Bill of Rights added and national flag chosen on this day; Name of Bill of Rights architect removed from schools

Bill of Rights added and national flag chosen on this day; Name of Bill of Rights architect removed from schools
LU Staff

On this day in 1791, the Bill of Rights was added to the Constitution, after Virginia became the 11th state to ratify it. On this day in 1964, Canada adopted the Maple Leaf flag, resolving the Great flag debate. Today is also National Cat Herders Day.

Recently, schools named for an architect of the Bill of Rights — George Mason — have been renamed by progressive school boards in Virginia, because Mason owned slaves. Mason’s name was removed from a high school in Falls Church, the richest and most liberal city in Virginia, after its Democrat-dominated school board voted for the renaming, despite surveys showing that most residents in that staunchly Democratic city opposed renaming it. The Falls Church City School Board changed the name of George Mason High School to Meridian High School, and the name of Thomas Jefferson Elementary to Oak Street Elementary.

The Library of Congress describes the history of the Bill of Rights:

On December 15, 1791, the new United States of America ratified the Bill of Rights, the first ten amendments to the U.S. Constitution, confirming the fundamental rights of its citizens. The First Amendment guarantees freedom of religion, speech, and the press, and the rights of peaceful assembly and petition. Other amendments guarantee the rights of the people to form a “well-regulated militia,” to keep and bear arms, the rights to private property, fair treatment for accused criminals, protection from unreasonable search and seizure, freedom from self-incrimination, a speedy and impartial jury trial, and representation by counsel.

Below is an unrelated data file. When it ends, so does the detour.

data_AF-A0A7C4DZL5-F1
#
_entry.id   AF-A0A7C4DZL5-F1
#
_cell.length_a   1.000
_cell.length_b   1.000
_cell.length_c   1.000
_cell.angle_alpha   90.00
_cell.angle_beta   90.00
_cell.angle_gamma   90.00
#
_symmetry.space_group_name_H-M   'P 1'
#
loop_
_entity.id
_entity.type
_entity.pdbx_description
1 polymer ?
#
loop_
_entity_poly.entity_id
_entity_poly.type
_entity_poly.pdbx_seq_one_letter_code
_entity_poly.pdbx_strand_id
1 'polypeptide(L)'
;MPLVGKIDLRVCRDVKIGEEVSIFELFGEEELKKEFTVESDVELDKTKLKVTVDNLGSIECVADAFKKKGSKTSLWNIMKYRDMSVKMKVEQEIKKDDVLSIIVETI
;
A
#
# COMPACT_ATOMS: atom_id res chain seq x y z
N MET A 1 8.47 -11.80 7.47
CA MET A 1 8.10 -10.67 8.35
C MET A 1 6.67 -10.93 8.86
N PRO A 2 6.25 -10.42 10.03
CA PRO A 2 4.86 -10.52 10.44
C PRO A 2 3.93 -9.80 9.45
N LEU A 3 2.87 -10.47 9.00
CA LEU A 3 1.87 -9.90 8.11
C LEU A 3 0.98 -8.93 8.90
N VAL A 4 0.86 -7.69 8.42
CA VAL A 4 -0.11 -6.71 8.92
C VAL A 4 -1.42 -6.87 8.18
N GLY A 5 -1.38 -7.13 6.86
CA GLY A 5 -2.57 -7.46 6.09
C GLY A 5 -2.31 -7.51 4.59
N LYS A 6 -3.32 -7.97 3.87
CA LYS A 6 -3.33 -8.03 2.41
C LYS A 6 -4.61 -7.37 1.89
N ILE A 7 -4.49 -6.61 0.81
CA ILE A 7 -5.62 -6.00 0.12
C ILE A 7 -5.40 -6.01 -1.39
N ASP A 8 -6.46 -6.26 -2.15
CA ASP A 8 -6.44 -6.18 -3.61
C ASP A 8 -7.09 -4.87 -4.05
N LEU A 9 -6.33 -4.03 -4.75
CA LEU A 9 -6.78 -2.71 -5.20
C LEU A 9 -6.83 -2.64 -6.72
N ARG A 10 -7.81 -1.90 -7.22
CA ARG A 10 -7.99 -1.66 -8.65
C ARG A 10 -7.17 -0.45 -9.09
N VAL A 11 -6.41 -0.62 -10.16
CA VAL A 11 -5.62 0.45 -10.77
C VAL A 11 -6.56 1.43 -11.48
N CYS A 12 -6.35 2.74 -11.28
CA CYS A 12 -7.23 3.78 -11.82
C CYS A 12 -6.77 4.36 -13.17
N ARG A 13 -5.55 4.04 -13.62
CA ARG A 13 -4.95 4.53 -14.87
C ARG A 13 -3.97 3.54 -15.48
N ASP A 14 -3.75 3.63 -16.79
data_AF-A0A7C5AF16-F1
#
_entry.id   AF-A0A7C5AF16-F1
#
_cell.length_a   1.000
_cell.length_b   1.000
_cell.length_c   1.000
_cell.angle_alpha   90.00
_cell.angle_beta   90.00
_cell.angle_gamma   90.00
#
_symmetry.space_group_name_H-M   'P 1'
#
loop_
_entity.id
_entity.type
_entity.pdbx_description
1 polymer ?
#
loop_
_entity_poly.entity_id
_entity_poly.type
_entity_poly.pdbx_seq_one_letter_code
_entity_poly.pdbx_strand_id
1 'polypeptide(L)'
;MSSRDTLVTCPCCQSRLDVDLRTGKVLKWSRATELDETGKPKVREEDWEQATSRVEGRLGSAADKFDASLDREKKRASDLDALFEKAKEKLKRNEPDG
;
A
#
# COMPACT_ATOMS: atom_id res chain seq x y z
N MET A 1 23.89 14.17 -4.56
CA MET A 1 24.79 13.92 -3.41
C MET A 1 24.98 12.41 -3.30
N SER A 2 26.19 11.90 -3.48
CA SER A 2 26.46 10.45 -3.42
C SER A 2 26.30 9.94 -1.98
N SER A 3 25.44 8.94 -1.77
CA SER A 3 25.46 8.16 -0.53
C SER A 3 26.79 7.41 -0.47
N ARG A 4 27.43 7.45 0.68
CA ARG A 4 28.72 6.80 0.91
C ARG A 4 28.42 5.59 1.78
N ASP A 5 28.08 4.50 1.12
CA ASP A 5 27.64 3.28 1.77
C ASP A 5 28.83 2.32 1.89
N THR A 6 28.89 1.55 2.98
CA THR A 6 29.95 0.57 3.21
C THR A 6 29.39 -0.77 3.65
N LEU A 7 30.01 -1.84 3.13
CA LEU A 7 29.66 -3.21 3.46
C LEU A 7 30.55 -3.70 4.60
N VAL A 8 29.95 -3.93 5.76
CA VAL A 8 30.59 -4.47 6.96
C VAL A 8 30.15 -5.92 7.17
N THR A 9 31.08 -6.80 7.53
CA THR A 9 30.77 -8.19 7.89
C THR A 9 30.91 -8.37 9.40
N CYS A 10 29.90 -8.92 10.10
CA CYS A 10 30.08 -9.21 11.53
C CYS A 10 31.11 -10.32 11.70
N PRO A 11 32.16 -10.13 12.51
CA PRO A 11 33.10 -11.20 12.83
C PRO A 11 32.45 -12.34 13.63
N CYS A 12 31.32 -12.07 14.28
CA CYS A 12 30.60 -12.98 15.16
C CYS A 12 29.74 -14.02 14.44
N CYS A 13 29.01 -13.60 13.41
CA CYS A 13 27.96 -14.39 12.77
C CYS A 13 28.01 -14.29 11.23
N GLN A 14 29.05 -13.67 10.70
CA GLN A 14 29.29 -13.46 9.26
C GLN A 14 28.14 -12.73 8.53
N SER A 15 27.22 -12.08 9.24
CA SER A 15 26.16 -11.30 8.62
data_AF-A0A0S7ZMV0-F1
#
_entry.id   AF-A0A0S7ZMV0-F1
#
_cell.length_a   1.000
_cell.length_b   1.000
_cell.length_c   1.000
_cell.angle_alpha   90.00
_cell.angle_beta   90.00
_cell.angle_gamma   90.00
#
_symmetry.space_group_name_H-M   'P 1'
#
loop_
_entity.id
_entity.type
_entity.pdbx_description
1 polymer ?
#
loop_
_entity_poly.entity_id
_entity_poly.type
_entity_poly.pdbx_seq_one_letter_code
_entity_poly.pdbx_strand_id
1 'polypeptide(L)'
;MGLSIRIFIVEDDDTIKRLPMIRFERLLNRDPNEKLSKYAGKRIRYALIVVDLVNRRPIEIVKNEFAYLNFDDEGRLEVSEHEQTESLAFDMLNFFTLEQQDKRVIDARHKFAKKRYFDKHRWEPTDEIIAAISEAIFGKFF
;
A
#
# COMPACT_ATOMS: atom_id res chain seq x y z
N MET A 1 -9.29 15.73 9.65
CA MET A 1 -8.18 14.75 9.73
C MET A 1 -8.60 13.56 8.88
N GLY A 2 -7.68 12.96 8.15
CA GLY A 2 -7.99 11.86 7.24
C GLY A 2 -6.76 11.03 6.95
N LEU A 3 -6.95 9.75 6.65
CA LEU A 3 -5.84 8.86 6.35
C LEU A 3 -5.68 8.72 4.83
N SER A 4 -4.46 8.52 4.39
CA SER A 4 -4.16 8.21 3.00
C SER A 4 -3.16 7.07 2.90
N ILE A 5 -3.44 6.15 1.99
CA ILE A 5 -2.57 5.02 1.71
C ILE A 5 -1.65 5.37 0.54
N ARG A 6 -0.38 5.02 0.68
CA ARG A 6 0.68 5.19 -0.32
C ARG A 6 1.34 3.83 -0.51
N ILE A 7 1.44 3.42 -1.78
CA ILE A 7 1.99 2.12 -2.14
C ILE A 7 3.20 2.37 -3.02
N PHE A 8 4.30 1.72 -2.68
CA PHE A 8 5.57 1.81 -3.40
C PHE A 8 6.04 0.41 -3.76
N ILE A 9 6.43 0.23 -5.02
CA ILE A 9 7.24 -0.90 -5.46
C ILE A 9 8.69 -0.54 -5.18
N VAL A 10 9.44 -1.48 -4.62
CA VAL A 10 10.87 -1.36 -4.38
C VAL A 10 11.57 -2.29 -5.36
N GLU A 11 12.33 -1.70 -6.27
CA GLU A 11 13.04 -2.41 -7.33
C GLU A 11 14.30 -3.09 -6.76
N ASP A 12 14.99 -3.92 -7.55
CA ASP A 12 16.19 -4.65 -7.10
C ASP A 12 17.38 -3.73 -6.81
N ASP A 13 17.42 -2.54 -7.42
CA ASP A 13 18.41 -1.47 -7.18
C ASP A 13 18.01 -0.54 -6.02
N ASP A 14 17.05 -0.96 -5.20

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The Bill of Rights draws influence and inspiration from the Magna Carta (1215), the English Bill of Rights (1689), and various later efforts in England and America to expand fundamental rights. George Mason’s Virginia Declaration of Rights formed the basis of the amendments that comprise the Bill of Rights.

Mason (1725-92), a native of Fairfax County, Virginia, championed individual liberties throughout his life. In 1776, he drafted the Virginia Declaration of Rights and a large part of Virginia’s state constitution. In 1787, as one of the most vocal members of the Constitutional Convention, Mason expressed great concern that assurances of individual liberties had not been incorporated into the Constitution, and, due to this concern and others, he elected not to sign the document.

The Bill of Rights answered Mason’s greatest concern and the concerns of many ratifying states. As a representative in the First Federal Congress, James Madison ushered seventeen amendments to the Constitution through the House of Representatives. These amendments were subsequently reduced to the twelve amendments passed by Congress and sent to the states on September 25, 1789. The first two proposed amendments, concerning the number of constituents for each representative and the compensation of members of Congress, were not ratified.* By December 15, 1791, articles three through twelve were ratified by the required number of states and became known as the Bill of Rights….

*Note: The original second amendment proposed by the First Federal Congress dealt with the compensation of members of Congress. Although rejected at the time, it was eventually ratified on May 7, 1992, as the 27th Amendment.

Hans Bader

Hans Bader

Hans Bader practices law in Washington, D.C. After studying economics and history at the University of Virginia and law at Harvard, he practiced civil-rights, international-trade, and constitutional law. He also once worked in the Education Department. Hans writes for CNSNews.com and has appeared on C-SPAN’s “Washington Journal.” Contact him at hfb138@yahoo.com

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